Toronto-based actress Sara Waisglass shared a powerful PSA earlier this week on Blue Monday, speaking out about the harmful effects social media can have on our mental health.  

Waisglass, who stars in the Netflix show Ginny & Georgia, as well as Degrassi: The Next Generation and Degrassi: The Next Class, shared how easy it is to fall into the trap of comparing yourself to unrealistic ideals online.

“It’s really easy in this generation to think you’re falling behind, just because you’re constantly bombarded with everybody else’s highlight reel and you’re comparing it to your day to day,” she says. “It’s one of the biggest misconceptions that because my life looks perfect, it is perfect. It isn’t.”


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The PSA was released in partnership with Unsinkable, a charitable organization founded by Canadian Olympian and mental health advocate Silken Laumann. Unsinkable offers a safe space for youth to share stories about their mental health, receive peer support, and take steps toward mental well-being.

“So many people compare and shame themselves, working through the struggle silently,” Laumann says. “By harnessing the power of storytelling, we can change perception, cultivate community and support each other on the journey, together.”

Normalizing conversations about mental health is so important, and we can all embrace more of the vulnerability and honesty Waisglass shared in her PSA. We got the chance to ask Waisglass a few questions about her own mental health journey, and we think you’ll find her responses refreshing and uplifting. 

As an actress, how do you take care of your mental health while navigating the pressures of the entertainment industry?

Like anything, it’s taken a lot of practice to figure out. For example, I’ve learned that I find free time to be very daunting. Sometimes too much time to think can put me in a not-so-great place. My job isn’t a regular nine to five kind of gig and it involves a lot of uncertainty so it’s been a challenge to manage that downtime in a healthy way.

Fortunately, my career has also gifted me with this insanely compassionate community of other actors who are going through the exact same thing. We support each other and root for one another, and I think that’s the main thing that has helped me stomach this industry.

What role do you think social media plays in our mental health? Do you have any advice for taking care of our mental health on social media?

Oh God, I think it affects us a lot more than we know. People who have grown up in the digital age are smart enough to spot unrealistic standards online and I think we all recognize that what we see isn’t always real life. But I also know that we retain a lot of content subconsciously, and that must contribute to our self esteem, right? It has to.  

The smartest thing I’ve ever done was delete Instagram off of my phone. No more notifications, no more comparing myself. It’s wild how much time opened up in my day. At the end of the day, life is too short to worry if Greg from chemistry saw that really cute picture of your dog. Go give your dog a kiss instead and tell your family you love them!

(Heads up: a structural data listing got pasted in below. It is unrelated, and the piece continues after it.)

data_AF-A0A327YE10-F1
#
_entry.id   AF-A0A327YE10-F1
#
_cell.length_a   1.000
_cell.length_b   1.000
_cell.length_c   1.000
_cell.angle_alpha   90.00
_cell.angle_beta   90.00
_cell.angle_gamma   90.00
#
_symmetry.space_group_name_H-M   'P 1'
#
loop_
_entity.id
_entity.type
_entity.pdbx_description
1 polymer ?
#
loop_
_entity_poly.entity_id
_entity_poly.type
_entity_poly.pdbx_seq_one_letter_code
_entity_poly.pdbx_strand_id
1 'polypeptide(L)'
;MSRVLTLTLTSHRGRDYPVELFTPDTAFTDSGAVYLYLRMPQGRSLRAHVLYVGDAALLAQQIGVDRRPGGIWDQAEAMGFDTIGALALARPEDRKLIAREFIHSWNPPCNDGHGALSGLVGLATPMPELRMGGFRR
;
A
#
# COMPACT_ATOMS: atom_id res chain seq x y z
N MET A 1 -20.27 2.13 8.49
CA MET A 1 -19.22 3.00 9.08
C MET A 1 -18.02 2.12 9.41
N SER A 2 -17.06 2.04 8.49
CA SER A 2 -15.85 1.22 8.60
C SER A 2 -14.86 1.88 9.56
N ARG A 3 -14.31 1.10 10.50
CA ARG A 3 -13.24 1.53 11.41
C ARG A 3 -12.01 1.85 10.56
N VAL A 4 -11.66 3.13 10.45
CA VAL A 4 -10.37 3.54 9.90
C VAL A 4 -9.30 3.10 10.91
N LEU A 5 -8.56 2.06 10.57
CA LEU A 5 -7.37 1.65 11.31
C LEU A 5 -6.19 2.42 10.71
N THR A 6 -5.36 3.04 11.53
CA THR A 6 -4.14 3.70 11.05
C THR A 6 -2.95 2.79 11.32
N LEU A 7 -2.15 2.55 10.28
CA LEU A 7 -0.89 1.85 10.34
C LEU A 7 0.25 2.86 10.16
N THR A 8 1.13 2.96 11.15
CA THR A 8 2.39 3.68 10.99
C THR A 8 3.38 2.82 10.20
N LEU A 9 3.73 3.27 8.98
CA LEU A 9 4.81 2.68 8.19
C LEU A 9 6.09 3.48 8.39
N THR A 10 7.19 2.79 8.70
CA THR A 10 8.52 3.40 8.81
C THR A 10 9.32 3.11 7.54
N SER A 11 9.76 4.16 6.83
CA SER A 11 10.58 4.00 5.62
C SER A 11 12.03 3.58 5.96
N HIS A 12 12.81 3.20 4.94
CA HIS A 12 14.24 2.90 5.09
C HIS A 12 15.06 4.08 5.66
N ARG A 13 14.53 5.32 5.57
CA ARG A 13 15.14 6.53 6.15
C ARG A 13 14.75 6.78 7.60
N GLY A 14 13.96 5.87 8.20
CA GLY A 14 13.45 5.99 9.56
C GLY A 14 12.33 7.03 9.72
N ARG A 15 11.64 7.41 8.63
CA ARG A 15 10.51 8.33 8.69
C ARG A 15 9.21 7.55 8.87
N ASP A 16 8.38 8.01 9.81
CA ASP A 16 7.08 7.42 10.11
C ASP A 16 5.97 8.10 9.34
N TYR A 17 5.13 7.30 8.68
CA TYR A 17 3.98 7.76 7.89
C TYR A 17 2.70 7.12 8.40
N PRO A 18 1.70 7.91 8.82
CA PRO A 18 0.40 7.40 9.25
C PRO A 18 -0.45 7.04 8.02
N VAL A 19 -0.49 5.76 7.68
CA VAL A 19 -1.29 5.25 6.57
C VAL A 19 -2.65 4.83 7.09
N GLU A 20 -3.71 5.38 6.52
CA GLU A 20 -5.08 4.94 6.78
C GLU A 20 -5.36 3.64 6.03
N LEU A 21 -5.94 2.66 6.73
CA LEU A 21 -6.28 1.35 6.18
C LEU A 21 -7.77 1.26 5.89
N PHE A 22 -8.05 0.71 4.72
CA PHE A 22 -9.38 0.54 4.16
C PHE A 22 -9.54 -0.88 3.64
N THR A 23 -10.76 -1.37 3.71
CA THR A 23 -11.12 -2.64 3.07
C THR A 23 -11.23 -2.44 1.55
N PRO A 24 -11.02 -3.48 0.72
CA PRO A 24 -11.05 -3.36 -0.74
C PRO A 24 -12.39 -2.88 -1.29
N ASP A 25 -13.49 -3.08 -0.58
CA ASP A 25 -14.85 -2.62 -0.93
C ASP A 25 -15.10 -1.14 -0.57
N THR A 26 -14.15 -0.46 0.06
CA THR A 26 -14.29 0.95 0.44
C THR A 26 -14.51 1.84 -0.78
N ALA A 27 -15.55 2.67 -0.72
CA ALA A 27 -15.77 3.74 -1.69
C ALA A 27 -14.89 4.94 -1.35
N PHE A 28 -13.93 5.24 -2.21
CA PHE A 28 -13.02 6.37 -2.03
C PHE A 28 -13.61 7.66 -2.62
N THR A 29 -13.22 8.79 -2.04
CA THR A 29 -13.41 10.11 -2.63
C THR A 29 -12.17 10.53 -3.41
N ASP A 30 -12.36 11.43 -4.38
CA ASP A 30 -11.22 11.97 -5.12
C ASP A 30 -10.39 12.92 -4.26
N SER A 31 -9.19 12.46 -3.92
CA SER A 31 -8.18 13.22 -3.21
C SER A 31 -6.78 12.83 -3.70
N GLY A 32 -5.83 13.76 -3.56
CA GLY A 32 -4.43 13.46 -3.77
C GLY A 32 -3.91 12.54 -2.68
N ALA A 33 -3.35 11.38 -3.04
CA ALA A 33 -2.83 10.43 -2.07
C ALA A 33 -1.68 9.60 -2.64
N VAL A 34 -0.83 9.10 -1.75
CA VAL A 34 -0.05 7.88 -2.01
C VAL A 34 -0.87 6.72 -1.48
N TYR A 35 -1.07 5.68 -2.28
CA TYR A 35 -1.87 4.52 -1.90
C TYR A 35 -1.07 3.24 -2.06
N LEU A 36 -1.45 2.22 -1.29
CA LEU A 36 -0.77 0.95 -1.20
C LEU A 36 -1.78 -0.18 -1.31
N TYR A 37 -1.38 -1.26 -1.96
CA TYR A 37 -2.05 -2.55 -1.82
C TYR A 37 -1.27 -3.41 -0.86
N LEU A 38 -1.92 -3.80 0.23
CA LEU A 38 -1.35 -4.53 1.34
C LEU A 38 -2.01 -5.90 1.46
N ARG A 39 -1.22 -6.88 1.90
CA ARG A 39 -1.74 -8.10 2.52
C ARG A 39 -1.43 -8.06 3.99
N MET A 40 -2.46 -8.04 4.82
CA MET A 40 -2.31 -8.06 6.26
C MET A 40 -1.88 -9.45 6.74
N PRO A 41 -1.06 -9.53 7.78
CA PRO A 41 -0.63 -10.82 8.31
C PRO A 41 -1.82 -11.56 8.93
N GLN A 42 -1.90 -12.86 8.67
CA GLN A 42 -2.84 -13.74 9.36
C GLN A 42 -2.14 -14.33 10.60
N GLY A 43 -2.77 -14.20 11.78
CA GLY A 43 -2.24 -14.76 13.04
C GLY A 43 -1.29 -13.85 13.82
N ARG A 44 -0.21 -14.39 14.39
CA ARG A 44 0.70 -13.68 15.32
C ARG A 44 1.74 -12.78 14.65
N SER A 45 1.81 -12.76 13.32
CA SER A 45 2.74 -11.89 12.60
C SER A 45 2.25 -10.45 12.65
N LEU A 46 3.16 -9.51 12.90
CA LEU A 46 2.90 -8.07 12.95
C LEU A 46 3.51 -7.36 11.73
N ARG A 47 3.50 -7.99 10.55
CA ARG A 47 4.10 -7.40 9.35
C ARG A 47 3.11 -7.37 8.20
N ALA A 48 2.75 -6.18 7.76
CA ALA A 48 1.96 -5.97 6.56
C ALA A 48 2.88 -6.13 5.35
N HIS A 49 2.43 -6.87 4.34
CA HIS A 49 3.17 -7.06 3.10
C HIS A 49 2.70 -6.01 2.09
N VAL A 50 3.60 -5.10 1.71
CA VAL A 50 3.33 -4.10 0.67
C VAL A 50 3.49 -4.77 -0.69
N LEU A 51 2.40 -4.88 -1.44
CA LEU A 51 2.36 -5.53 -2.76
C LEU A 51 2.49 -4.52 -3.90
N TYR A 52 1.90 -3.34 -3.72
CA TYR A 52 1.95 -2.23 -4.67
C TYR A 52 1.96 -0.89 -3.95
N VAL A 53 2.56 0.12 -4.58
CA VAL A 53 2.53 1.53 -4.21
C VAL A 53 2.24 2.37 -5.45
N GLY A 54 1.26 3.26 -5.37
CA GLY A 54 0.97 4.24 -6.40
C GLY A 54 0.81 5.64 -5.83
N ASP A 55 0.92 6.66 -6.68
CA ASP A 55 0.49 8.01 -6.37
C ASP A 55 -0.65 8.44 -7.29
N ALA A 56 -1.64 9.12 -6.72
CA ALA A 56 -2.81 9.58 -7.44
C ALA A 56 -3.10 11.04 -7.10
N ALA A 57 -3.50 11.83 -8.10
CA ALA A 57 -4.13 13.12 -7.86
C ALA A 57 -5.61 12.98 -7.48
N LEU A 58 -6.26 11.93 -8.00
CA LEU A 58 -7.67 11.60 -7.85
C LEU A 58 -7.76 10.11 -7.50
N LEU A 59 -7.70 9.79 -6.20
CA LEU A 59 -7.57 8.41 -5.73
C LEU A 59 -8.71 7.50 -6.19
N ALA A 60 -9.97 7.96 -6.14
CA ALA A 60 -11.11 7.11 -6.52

Can you tell us about a time when you connected with others about mental health, or really felt seen with what you were going through?

Absolutely! I think something quite meaningful about healing from a mental health struggle is that you can spot it in other people and be there for them. It’s like a sixth sense. I’ve cried with my friends who have gone through hard times, and they’ve cried with me. You really don’t know what’s going on with someone until you ask, so I encourage everyone to check in with their loved ones.

One time, I opened up to my friends about what I’d been going through. It’s not that I’d been hiding it, I just use humour so often to cope it can be hard to know what I’m really thinking. I hoped their response would be a sweet text or something, I didn’t expect much. My friends showed up at my door with flowers, hugs and open ears, and they let me vent to them for hours. It was one of the kindest gestures anyone has ever made towards me. 

What has been the biggest game-changer for your mental health?

Writing. When things get so convoluted and messy in my head, I sit down and write until it all makes sense. Sometimes it’s gibberish for the first few minutes, but eventually I find my voice. Seeing my thoughts on paper makes it easier to be kind to myself. When you struggle with your mental health, it’s easy to turn into your own worst enemy. But reading your experiences on paper helps you find compassion for yourself and I think that’s really important for anyone who is going through a dark time. 

What has been the most meaningful outcome of being open about your mental health?

Being able to be there for my friends, family, peers, sometimes even strangers. So many people have come forward with their own stories, and I consider it a true honour to listen to every single one. I hope whoever reads this knows they are seen and that they are strong. I’m rooting for you. Always.